applications need.  The command will be  faster  using  NFS
		   Version  3  while the command will be faster using NFS Ver‐
		   sion 2 The option must be used on  a	 case  by  case	 basis
		   depending  upon  the application.  There is no effect on an
		   NFS Version 2 mount point.

	    Remount a read-only file system as read-write (using the

	    Set the number of NFS retransmissions to
		   n.  The default value  is  For  connection-oriented	trans‐
		   ports, this option has no effect because it is assumed that
		   the transport performs retransmissions on behalf of NFS.

	    The number of times to retry the
		   operation.  The default for the command is

		   is mounted read-write or read-only The default is

	    Set the read buffer size to
		   n bytes.  The default value is when using Version 3 of  the
		   NFS	protocol.   The	 default can be negotiated down if the
		   server prefers a smaller transfer size.  When using Version
		   2, the default value is

	    Set the security
		   mode for NFS transactions.  See nfssec(5) for the available
		   security mode options.

		   If is not specified, then the default action is to use over
		   NFS	Version 2 mounts, or to negotiate a security mode over
		   NFS Version 3 mounts.  NFS Version  3  mounts  negotiate  a
		   security  mode when the server returns an array of security
		   modes.  The client picks the first mode in the  array  that
		   is supported on the client.

		   Only one mode can be specified with the option.

	    This option is equivalent to the
		   option (Diffie-Hellman public key system).

	    Setuid execution is allowed
		   or disallowed The default is

	    Set the
		   NFS	timeout to n tenths of a second.  The default value is
		   tenths of  a	 second	 for  connectionless  transports,  and
		   tenths of a second for connection-oriented transports.

	    By default, the version of
		   NFS	protocol used between the client and the server is the
		   highest one available on both systems.  If the  NFS	server
		   does not support NFS Version 3 protocol, then the NFS mount
		   will use NFS Version 2 protocol.

		   To specify NFS Version 2, set NFS_version_number to be 2.

		   To specify NFS Version 3, set NFS_version_number to be 3.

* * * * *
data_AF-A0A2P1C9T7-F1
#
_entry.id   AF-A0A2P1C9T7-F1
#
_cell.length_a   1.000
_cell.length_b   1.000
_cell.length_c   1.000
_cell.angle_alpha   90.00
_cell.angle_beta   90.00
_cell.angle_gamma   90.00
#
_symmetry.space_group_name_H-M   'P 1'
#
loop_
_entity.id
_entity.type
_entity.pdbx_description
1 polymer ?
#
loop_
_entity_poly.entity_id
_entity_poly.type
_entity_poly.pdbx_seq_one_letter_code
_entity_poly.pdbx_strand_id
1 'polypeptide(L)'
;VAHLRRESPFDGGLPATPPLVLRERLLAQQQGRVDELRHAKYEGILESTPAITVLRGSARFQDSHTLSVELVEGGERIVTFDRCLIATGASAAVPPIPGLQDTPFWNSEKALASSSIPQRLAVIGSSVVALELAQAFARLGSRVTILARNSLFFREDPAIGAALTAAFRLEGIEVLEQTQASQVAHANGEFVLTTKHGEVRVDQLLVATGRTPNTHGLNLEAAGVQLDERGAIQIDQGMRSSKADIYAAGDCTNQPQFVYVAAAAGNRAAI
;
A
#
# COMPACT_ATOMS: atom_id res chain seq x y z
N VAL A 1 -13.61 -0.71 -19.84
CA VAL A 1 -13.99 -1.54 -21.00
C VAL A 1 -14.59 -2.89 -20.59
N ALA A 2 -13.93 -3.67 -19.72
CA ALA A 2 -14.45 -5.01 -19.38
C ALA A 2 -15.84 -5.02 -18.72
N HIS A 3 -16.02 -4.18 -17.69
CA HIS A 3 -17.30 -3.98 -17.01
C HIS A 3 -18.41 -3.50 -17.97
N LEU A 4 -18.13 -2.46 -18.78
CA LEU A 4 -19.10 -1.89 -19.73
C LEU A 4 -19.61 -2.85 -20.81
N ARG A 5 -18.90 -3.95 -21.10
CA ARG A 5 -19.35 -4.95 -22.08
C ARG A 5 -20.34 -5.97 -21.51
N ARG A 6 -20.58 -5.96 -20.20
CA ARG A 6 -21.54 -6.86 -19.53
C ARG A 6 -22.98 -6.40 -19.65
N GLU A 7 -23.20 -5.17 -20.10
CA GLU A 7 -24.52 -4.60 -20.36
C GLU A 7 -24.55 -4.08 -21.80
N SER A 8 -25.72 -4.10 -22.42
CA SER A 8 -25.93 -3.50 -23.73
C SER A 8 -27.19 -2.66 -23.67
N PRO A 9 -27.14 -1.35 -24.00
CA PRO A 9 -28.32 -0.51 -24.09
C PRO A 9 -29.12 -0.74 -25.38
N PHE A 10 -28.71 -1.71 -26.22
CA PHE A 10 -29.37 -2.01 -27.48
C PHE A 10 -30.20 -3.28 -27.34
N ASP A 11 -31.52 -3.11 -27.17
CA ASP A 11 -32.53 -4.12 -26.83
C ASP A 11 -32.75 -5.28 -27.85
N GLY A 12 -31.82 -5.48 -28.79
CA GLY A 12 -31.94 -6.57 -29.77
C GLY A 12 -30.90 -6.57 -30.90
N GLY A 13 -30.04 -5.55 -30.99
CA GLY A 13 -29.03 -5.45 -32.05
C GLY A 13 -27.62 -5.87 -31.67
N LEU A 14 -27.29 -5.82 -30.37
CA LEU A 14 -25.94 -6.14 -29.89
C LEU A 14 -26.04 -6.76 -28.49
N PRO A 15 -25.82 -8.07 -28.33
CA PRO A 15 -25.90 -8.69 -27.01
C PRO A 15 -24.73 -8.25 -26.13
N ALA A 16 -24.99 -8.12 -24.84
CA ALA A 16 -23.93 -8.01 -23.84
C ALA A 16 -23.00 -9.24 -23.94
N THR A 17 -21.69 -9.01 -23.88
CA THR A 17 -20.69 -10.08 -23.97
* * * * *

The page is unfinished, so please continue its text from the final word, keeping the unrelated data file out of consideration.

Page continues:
If the option and are both specified, overrides the option.

	    Set the write buffer size to
		   n bytes.  The default value is when using Version 3 of  the
		   NFS	protocol.   The	 default can be negotiated down if the
		   server prefers a smaller transfer size.  When using Version
		   2, the default value is

       Prevent printing a warning message for unknown
	    specific_option.   If  the option is not specified, and an unknown
	    specific_option is encountered, the utility prints a warning  mes‐
	    sage and processes the next one.  The option prevents printing the
	    warning message.

       Overlay mount.
	    Allow the file system to be mounted over an existing mount	point,
	    making  the	 underlying  file  system inaccessible.	 If a mount is
	    attempted on a pre-existing mount point without setting this flag,
	    the mount will fail, producing the error

   Options (umount)
       The options are as follows:

       Attempt to unmount all NFS file systems described in

       Print debug messages to stderr.
	    This option is to be used by HP support engineers.

       Forcibly unmount a file system.
	    If this option is not specified, the utility does not allow a file
	    system to be unmounted if a file  on  the  file  system  is	 busy.
	    Using  the	option	can  cause  data loss for open files; programs
	    which access files after the file system has been  unmounted  will
	    get an error (EIO).

   Background versus Foreground
       File  systems  mounted with the option indicate that is to retry in the
       background  if  the  server's  mount  daemon  does  not	respond.   See